« PreviousContinue »
to ourselves, and none but a fool would measure his satisfaction by what the world thinks of it.
Dick Wildgoose was one of the happiest silly fellows I ever knew. He was of the number of those good-natured creatures that are said to do no harm to any but themselves. Whenever Dick fell into any misery, he usually called it seeing life. If his head was broke by a chairman, or his pocket picked by a sharper, he comforted himself by imitating the Hibernian dialect of the one, or the more fashionable cant of the other. Nothing came amiss to Dick. His inattention to money matters had incensed his father to such a degree, that all the intercession of friends in his favour was fruitless. The old gentleman was on his deathbed. The whole family, and Dick among the number, gathered round him. « I leave my second son Andrew,» said the expiring miser,« my whole estate, and desire him to be frugal.v Andrew, in a sorrowful tone, as is usual on these occasions, « prayed Heaven to prolong his life and health to enjoy it himself.»—-~ I recommend Simon, my third son, to the care of his elder brother, and leave him beside four thousand pounds. »- Ah! father,» cried Simon (in great affliction to be sure), « may Heaven give you life and health to enjoy it yourself !» At last, turning to poor Dick, « As for you, you have always been a sad dog, you'll never come to good, you 'll never be rich; I'll leave you a shilling to buy a halter. »-« Ah! father, » cries Dick, without any emotion, « may Heaven give you life and health to enjoy it yourself!» This was all the trouble the loss of fortune gave this thoughtless imprudent creature. However, the tenderness of an uncle recompensed the neglect of a father; and Dick is not only excessively good-humoured, but competently rich.
The world, in short, may cry out at a bankrupt who appears at a ball; at an author, who laughs at the public which pronounces him a dunce; at a general, who smiles at the reproach of the vulgar; or the lady who keeps her good-humour in spite of scandal; but such is the wisest behaviour they can possibly assume. It is certainly a better way to oppose calamity by dissipation, than to take up the arms of reason or resolution to oppose it: by the first method we forget our miseries, by the last we only conceal them from others. By struggling with misfortunes, we are sure to receive some wounds in the conflict : the only method to come off victorious, is by running away.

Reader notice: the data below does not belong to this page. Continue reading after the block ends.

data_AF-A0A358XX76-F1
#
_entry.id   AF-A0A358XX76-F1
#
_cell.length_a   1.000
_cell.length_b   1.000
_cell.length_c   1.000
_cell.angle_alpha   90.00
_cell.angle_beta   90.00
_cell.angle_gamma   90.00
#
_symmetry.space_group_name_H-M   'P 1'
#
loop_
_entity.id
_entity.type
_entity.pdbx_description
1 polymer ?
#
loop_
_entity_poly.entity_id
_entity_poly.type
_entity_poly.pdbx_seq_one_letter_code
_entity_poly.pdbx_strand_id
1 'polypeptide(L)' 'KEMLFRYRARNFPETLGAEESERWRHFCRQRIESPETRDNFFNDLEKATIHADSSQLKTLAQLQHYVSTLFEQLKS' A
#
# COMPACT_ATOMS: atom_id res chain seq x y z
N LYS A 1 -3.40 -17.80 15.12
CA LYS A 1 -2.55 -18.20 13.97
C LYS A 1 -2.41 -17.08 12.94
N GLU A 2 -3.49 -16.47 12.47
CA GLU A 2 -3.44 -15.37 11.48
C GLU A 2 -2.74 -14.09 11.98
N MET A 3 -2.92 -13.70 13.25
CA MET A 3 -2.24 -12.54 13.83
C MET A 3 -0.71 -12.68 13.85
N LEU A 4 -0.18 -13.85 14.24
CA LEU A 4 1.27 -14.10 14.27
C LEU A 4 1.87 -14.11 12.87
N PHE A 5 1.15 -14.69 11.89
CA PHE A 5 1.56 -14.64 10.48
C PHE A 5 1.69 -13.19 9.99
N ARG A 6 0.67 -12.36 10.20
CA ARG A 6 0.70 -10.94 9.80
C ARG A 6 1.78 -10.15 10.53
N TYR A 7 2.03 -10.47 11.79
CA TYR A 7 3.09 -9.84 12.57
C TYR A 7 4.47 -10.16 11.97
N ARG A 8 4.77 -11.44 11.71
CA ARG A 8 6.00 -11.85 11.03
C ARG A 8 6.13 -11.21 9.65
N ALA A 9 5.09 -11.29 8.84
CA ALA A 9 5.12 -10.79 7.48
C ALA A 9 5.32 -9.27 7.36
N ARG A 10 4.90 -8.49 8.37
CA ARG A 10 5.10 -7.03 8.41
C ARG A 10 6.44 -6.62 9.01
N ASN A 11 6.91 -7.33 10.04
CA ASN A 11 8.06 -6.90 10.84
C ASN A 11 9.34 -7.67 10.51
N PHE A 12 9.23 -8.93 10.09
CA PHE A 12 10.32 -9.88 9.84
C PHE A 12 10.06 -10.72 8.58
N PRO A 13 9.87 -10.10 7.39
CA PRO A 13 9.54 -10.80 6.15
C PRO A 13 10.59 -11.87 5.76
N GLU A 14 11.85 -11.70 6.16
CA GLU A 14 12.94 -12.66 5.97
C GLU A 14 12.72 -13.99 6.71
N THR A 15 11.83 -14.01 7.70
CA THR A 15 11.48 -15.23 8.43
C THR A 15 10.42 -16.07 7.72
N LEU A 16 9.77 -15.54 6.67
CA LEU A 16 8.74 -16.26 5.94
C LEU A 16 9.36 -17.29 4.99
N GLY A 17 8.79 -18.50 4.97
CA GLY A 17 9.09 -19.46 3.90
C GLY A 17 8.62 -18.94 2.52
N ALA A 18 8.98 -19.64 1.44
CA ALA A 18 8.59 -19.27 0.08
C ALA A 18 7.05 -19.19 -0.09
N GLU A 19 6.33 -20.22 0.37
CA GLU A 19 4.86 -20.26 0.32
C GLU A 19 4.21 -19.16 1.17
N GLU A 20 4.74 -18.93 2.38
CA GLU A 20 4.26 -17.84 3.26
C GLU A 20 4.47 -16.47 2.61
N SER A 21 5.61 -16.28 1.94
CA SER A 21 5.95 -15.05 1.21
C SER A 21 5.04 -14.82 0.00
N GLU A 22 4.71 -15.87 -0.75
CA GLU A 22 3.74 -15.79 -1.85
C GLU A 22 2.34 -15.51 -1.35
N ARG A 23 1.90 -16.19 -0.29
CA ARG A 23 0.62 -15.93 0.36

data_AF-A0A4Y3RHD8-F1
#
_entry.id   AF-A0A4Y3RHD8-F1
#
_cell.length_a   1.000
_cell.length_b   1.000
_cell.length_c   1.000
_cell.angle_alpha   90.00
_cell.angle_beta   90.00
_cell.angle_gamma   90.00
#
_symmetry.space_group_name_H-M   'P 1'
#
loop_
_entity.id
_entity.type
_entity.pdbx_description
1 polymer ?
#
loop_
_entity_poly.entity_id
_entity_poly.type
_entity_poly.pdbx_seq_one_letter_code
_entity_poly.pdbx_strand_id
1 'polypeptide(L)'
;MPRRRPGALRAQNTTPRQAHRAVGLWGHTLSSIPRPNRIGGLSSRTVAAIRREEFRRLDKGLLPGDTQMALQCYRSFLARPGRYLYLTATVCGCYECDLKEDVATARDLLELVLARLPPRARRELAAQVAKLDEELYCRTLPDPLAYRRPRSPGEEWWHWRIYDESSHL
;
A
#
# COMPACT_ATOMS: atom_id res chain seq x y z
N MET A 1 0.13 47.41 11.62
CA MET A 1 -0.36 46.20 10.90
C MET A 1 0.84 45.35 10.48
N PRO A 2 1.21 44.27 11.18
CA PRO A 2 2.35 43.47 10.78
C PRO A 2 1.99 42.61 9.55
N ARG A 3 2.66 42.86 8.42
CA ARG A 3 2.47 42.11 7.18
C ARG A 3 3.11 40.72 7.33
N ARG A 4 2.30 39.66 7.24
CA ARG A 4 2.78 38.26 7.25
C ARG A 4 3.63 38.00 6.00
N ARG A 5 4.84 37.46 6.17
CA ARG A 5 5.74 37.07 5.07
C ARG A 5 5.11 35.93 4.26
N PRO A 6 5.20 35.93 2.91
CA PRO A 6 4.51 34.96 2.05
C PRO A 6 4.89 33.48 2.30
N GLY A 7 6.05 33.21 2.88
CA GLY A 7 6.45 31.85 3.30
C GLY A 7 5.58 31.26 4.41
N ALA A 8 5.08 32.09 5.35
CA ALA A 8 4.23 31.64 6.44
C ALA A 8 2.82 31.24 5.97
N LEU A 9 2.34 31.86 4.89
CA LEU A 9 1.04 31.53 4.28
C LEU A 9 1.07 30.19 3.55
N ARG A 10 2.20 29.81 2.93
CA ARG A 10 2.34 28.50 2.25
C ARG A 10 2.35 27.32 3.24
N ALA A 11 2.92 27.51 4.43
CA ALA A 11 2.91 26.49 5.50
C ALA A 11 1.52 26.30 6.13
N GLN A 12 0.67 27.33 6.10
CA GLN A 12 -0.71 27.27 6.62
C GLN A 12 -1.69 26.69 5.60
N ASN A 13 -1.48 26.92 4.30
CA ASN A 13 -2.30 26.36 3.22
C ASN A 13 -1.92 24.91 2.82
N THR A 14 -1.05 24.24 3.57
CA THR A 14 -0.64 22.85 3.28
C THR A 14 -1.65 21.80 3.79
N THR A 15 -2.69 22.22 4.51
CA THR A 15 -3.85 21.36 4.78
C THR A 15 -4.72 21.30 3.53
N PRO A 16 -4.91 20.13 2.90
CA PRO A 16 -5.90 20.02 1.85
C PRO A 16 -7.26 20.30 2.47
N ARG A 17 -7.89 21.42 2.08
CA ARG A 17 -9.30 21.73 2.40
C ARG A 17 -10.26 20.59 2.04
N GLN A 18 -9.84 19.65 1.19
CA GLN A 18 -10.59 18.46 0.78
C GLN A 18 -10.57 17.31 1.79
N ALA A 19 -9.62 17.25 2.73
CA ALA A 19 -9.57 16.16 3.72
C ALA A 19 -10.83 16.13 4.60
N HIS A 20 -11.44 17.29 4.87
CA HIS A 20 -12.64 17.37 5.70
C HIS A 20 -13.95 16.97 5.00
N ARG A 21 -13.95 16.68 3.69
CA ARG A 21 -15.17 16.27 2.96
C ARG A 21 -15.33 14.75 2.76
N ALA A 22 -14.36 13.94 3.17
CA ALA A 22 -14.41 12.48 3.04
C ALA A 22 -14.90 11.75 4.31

ON OUR THEATRES.
MADEMOISELLE CLAIRON, a celebrated actress at Paris, seems to me the most perfect female figure I have ever seen upon any stage. Not perhaps that nature has been more liberal of personal beauty to her, than some to be seen upon our theatres at home. There are actresses here who have as much of what connoisseurs call statuary grace, by which is meant elegance unconnected with motion, as she; but they all fall infinitely short of her, when the soul comes to give expression to the limbs, and animates every fea
Her first appearance is excessively engaging; she never comes in staring round upon the company, as if she intended to count the benefits of the house, or at least to see, as well as be seen. Her eyes are always, at first, intently fixed upon the
persons of the drama, and she lifts them, by degrees, with enchanting diffidence, upon the specta
Her first speech, or at least the first part of it, is delivered with scarcely any motion of the arm; her hands and her tongue never set out together; but the one prepares us for the other. She sometimes begins with a mute eloquent attitude; but never goes forward all at once with hands, eyes, head, and voice. This observation, though it may appear of no importance, should certainly be adverted to; nor do I see any one performer (Garrick only excepted) among us, that is not in this particular apt to offend. By this simple beginning, she gives herself a power of rising in the passion of the scene. As she proceeds, every gesture, every look, acquires new violence, till at last transported, she fills the whole vehemence of the part, and all the idea